Bryan Martyn flew helicopters in both the Army and the Air Force for many years before transitioning to medical evacuation helicopters. He’s never had an experience where he didn’t know what object he was seeing in the sky, except for a recent sighting of Elon Musk’s Starlink satellites.
This experience exemplifies to him the unidentified lights must be a technology people are not aware of, similar to the satellites.
“When I see objects in the sky that I can see, that kind of tells me they’re probably military because it’d be too easy,” Mr. Martyn said. “If we were being observed by something from outside, like an unidentified thing, they’d probably turn their lights off.”
For others, seeing unexplained phenomenons in the sky tugs at the question many have: are we alone in the universe? Peter Davenport, director of the National UFO Reporting Center, says he thinks as people’s curiosity grows the more they understand what is past Earth’s atmosphere.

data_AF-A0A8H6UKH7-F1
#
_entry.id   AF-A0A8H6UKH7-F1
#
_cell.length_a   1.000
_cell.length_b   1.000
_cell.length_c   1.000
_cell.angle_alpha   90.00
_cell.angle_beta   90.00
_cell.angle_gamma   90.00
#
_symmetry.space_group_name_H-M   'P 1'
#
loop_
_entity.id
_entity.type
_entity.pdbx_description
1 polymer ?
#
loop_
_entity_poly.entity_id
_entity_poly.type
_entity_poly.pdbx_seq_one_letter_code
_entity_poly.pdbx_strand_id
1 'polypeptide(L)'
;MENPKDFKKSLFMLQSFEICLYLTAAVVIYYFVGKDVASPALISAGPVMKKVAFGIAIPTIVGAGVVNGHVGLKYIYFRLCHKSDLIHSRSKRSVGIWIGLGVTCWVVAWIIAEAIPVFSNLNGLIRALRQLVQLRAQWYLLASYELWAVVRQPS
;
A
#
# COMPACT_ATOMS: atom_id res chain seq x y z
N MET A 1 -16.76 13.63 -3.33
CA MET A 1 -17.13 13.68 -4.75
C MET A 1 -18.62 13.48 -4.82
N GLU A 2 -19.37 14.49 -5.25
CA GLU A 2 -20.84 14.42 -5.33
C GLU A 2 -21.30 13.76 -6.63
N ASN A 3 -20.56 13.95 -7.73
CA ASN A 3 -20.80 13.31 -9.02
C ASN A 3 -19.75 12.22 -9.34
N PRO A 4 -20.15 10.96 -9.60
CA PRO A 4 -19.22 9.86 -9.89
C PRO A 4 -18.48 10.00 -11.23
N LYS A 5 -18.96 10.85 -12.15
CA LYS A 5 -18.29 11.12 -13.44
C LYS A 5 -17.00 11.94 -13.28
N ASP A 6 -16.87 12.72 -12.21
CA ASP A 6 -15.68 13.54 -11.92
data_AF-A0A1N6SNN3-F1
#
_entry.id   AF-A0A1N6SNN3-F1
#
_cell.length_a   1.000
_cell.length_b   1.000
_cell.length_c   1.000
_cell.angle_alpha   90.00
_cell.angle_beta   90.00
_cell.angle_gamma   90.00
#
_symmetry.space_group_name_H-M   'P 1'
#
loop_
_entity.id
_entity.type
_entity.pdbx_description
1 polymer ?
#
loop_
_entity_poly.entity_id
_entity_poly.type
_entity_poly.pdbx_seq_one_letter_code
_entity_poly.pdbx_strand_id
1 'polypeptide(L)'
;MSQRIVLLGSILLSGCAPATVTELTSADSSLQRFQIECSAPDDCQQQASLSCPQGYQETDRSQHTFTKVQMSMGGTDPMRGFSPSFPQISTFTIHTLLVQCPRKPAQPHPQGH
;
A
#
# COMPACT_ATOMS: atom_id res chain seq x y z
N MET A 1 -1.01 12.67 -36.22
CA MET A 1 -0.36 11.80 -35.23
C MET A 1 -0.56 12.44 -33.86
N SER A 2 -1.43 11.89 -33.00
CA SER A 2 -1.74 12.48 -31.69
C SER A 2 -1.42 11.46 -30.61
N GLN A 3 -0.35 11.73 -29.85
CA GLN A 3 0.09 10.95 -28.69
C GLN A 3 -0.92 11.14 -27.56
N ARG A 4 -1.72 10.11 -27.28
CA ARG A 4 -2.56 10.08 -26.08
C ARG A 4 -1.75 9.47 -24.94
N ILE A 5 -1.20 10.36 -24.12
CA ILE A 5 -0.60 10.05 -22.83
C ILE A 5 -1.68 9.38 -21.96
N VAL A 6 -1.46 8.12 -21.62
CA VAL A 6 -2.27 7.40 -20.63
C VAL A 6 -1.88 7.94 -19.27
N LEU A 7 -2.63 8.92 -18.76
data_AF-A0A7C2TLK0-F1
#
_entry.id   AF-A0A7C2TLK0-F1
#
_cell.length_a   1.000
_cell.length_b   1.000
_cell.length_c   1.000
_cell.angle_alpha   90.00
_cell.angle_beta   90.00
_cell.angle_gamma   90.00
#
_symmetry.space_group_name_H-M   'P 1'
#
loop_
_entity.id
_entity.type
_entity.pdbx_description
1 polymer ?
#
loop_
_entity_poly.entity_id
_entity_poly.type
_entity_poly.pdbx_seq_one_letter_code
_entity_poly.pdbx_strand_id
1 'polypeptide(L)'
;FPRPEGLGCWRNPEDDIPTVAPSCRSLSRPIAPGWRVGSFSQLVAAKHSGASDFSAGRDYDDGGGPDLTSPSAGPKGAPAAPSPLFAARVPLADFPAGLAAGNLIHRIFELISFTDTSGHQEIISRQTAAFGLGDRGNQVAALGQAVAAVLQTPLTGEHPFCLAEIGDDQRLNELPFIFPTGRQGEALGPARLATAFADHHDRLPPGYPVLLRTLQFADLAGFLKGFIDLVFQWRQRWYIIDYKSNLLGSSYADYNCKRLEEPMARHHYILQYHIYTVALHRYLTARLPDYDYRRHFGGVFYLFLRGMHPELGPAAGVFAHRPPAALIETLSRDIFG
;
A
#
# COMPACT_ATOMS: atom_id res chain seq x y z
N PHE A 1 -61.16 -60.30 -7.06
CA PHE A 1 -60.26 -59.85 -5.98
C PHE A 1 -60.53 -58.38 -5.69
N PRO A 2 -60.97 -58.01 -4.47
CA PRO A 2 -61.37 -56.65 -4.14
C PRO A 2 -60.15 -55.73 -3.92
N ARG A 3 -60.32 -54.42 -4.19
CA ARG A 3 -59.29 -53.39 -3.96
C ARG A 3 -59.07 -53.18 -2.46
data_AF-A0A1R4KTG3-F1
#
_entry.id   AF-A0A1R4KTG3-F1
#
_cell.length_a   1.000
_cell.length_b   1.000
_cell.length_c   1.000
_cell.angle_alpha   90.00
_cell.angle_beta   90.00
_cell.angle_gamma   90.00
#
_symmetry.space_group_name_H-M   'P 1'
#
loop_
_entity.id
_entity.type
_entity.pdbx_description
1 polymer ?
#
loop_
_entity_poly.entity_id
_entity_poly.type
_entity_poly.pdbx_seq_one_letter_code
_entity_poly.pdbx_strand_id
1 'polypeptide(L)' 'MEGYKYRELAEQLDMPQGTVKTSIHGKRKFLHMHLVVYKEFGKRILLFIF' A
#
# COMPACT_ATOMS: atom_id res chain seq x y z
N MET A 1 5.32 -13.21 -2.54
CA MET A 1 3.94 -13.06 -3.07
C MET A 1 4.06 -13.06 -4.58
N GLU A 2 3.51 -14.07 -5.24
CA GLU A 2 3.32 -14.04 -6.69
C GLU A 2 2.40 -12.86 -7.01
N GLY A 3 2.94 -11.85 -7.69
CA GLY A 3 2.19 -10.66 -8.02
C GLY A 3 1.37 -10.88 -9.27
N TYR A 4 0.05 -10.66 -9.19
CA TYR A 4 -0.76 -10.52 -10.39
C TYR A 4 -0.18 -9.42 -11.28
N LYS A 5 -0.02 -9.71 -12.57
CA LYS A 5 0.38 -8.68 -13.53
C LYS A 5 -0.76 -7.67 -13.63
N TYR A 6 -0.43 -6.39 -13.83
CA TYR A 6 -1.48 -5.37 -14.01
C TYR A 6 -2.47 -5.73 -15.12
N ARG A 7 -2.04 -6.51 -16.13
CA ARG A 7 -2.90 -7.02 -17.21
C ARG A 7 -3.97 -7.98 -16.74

“Once a person develops a better grasp of its immensity, I feel it is a natural extrapolation for that person to ask what might be going on out there,” he said via email. “And that leads a person to at least wonder whether we might have neighbors and even visitors to our planet.”
In 1974, Robert J. Gribble founded the National UFO Reporting Center. His mission was to record sightings via people’s submissions by phone or by mail. He continued in this role until 1994, when Mr. Davenport took over.
Mr. Davenport said the primary goal of the center is to record, not investigate. Part of his duties include operating the 24-hour UFO hotline, which has been in operation for 46 years, and to curate online submissions.
Of the submissions that come in, some are easily explained away such as people seeing Venus or Space X’s Starlink satellites and those type of submissions carry a note stating the possible explanation. Other than the occasional note, Mr. Davenport leaves submissions as is for the database.